Fall 2013 -- I was out of shape, but in decent enough shape to consider running NY marathon in November.  I had completed an 18 miler in good shape, and a couple other longish runs.  Then, in early October, I had a trip to Dallas scheduled, and planned on doing something I had always wanted to do, but had never done -- run White Rock Lake.  The basic route around is approximately 9 miles, and my plan was to go 2x around for an 18 miler.  I planned for it extensively, and was ready to go.  Well,one thing I should have remembered October is hot in Dallas.  And White Rock Lake is windy.  So the day started at about 84 degrees with high humidity.  And about a 11-15 mph wind on the lake (there were little whitecaps).  That's not good.  I was drained from the get go, drenched in sweat and battered by the wind.  I made it a little more than once around and pulled the plug to fight another day.  So yes, I ran the Rock. But that day also really, really affected my confidence.  I was not coming off a long cycle of training.  I didn't feel strong running; in fact, I was surprised when I did well (like my 18 miler in Central Park in Septemeber).  And then I caught a little cold.  That was enough for me to pull the plug on NYC rather than risk serious injury in a race I really wasn't ready for.  After that, I fell off the wagon and enjoyed my fall 2013, running maybe 3 times in  a month.  I did run a 9 mile race in December to finalize my entry in 2014 NYC marathon.  And not a bad race either (I think I averaged 8:20 or so, which I was pleased with.)

Winter 2014 -- Nothing.  No running.  And a bad diet led to weight gain.  So, after a ski vacation that totally sapped me (I was not ready for physical rigor and altitude), I simply knew it was time to get back in the game.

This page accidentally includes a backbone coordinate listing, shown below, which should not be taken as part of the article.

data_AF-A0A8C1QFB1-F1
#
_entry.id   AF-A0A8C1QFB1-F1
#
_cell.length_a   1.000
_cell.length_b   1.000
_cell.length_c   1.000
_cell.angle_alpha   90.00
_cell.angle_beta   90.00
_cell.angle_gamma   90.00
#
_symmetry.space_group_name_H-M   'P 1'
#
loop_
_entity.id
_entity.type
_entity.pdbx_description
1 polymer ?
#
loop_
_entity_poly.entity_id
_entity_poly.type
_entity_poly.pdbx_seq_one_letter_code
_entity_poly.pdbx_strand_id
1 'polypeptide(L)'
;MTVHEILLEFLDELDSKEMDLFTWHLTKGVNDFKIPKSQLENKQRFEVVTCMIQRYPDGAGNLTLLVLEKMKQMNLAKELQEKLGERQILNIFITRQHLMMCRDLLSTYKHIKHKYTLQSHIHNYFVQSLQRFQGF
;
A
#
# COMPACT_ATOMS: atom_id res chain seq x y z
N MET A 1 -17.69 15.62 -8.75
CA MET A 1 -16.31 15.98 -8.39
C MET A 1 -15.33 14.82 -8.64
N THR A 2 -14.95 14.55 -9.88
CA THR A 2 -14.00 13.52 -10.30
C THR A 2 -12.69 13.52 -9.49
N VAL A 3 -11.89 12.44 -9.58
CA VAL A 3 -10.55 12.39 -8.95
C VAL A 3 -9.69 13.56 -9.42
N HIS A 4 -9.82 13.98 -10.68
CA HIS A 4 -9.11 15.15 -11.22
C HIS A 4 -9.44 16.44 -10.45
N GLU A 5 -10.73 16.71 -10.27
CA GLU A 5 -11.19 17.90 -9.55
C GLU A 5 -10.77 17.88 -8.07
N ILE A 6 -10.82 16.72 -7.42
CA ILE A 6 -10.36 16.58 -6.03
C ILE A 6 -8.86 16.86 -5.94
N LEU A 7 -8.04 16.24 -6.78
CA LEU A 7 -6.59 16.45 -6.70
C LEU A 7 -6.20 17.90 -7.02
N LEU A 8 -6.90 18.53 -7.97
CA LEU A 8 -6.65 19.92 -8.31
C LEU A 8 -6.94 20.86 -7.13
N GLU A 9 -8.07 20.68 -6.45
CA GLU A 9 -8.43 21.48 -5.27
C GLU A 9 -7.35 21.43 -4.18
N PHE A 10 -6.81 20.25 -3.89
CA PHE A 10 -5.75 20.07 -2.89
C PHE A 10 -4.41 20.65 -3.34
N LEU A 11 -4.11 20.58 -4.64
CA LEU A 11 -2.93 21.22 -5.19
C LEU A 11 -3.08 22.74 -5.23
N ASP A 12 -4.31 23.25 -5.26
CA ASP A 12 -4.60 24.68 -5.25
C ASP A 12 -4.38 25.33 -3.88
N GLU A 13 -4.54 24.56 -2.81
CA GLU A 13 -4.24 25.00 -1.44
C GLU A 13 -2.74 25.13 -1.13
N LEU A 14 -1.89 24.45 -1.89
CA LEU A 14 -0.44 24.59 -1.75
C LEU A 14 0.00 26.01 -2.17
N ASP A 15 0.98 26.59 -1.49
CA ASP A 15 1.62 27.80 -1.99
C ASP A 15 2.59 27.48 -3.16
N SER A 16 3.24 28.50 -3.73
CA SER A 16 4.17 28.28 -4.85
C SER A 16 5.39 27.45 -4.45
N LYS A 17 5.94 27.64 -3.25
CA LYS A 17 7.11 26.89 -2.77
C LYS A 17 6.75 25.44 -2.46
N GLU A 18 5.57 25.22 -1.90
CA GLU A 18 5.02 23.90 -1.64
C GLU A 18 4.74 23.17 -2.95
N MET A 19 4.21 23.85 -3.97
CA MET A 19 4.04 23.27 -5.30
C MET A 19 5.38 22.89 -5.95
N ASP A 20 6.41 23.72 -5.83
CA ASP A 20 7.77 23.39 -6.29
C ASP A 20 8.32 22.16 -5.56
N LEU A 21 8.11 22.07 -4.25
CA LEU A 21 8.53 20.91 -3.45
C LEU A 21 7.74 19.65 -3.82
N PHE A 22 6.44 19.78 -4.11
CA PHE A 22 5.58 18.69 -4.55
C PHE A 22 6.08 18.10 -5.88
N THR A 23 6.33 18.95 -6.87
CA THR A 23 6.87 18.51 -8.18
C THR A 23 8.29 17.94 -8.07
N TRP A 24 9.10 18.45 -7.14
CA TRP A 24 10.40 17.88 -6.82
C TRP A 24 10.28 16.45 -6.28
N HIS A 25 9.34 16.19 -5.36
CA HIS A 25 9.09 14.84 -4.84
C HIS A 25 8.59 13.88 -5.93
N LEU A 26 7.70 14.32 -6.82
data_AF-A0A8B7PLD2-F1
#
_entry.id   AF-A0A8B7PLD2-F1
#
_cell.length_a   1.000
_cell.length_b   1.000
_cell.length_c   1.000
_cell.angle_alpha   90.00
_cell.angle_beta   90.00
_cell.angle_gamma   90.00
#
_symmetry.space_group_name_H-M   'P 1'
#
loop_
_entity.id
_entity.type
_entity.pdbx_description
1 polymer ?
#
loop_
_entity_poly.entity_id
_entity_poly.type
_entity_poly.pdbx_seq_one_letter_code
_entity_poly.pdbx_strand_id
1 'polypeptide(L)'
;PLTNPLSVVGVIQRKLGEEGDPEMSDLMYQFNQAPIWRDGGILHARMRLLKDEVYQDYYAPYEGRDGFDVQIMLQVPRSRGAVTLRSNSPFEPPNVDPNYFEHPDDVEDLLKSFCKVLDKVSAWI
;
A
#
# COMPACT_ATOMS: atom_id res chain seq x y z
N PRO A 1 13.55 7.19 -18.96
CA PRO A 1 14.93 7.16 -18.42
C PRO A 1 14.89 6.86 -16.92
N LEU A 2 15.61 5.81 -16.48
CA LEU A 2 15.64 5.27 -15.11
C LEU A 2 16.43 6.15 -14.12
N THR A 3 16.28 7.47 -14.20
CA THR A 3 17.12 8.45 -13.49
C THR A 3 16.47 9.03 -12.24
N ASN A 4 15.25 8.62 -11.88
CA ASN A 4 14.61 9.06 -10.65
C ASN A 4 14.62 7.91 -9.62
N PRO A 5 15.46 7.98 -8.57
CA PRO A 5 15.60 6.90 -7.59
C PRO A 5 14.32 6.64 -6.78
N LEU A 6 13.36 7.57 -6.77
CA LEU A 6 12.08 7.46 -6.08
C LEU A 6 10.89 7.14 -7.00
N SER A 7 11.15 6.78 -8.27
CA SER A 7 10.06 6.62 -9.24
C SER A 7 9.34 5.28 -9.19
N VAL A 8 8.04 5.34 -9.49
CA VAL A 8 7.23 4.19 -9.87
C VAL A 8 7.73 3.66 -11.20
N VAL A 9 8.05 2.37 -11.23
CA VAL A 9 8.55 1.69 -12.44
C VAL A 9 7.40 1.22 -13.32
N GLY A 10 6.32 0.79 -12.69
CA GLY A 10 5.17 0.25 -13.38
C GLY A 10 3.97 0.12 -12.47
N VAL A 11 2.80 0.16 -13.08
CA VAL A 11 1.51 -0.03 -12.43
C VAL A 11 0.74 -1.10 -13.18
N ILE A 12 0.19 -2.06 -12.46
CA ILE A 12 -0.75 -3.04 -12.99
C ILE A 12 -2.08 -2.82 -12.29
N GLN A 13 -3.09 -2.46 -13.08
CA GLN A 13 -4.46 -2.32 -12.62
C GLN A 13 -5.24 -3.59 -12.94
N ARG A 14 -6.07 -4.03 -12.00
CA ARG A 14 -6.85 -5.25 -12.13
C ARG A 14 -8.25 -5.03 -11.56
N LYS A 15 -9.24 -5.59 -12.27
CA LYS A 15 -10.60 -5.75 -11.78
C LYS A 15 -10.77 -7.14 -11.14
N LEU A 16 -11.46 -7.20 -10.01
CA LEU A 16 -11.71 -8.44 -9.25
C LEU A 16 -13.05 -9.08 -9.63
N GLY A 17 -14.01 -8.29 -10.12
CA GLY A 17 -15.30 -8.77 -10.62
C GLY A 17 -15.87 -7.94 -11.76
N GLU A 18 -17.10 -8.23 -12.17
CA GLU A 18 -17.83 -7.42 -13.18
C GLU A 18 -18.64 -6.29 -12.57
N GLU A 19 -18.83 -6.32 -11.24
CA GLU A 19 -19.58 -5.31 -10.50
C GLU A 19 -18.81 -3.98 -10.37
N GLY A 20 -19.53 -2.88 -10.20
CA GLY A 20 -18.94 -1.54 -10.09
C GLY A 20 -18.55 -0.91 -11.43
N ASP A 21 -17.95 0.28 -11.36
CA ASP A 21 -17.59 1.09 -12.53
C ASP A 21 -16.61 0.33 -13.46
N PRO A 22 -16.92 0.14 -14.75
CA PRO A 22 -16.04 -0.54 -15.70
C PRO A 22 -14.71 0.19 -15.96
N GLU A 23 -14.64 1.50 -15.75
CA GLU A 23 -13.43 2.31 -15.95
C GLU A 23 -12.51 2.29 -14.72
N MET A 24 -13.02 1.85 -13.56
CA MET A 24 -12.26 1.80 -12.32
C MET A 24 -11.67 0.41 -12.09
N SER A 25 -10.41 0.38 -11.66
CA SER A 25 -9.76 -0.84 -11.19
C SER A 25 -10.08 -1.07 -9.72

Now -- I have been back at it for about 3 weeks.  The running is harder, but hey, that is to be expected.  The pay off for this will be this summer when hopefully I will feel stronger.

One thing I am for sure committed to this time is more lifting, stretching, body strength.  The Runners World article in March 2014 convinced me, and I have started the IronStrength workouts (basically about 40 minutes of body iso and plyometric exercises).  Very, very hard, but that means it is working, right?

And I am in NYC 2014 from efforts last year.  So that's the goal race, some 8 months out.

In other news, I bought a Garmin 620.  Nice device, crazy software.  After I have more experience with it. I will post my thoughts.

And I have missed everyone in the running world!

Friday, September 6, 2013

New Shoes, New Minor Injury and a Fuel Belt

I have previously commented that I barely remember my first NY marathon.  I wasn't blogging, I did not keep a running log, and really don't remember much about it.  And as my recent training has been going on, I haven't been blogging, and have missed providing some of the crucial details that allow me to remember and be more invested in the travails of my training to learn from the good and the bad.